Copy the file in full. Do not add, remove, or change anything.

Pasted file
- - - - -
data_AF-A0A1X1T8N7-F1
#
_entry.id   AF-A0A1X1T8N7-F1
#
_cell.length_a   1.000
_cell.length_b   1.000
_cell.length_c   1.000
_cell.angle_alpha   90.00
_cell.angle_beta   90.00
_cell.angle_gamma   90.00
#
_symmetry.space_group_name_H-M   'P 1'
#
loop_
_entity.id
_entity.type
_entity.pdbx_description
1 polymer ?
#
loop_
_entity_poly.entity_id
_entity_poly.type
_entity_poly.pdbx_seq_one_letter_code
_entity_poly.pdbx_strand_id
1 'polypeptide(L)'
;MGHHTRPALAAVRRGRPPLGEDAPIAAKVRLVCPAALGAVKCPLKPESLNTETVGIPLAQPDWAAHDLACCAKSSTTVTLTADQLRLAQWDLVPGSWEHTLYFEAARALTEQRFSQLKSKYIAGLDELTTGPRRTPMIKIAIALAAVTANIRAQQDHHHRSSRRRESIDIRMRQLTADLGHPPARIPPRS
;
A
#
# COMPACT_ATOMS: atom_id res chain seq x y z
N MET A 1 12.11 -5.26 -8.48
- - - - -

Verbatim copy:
data_AF-A0A1X1T8N7-F1
#
_entry.id   AF-A0A1X1T8N7-F1
#
_cell.length_a   1.000
_cell.length_b   1.000
_cell.length_c   1.000
_cell.angle_alpha   90.00
_cell.angle_beta   90.00
_cell.angle_gamma   90.00
#
_symmetry.space_group_name_H-M   'P 1'
#
loop_
_entity.id
_entity.type
_entity.pdbx_description
1 polymer ?
#
loop_
_entity_poly.entity_id
_entity_poly.type
_entity_poly.pdbx_seq_one_letter_code
_entity_poly.pdbx_strand_id
1 'polypeptide(L)'
;MGHHTRPALAAVRRGRPPLGEDAPIAAKVRLVCPAALGAVKCPLKPESLNTETVGIPLAQPDWAAHDLACCAKSSTTVTLTADQLRLAQWDLVPGSWEHTLYFEAARALTEQRFSQLKSKYIAGLDELTTGPRRTPMIKIAIALAAVTANIRAQQDHHHRSSRRRESIDIRMRQLTADLGHPPARIPPRS
;
A
#
# COMPACT_ATOMS: atom_id res chain seq x y z
N MET A 1 12.11 -5.26 -8.48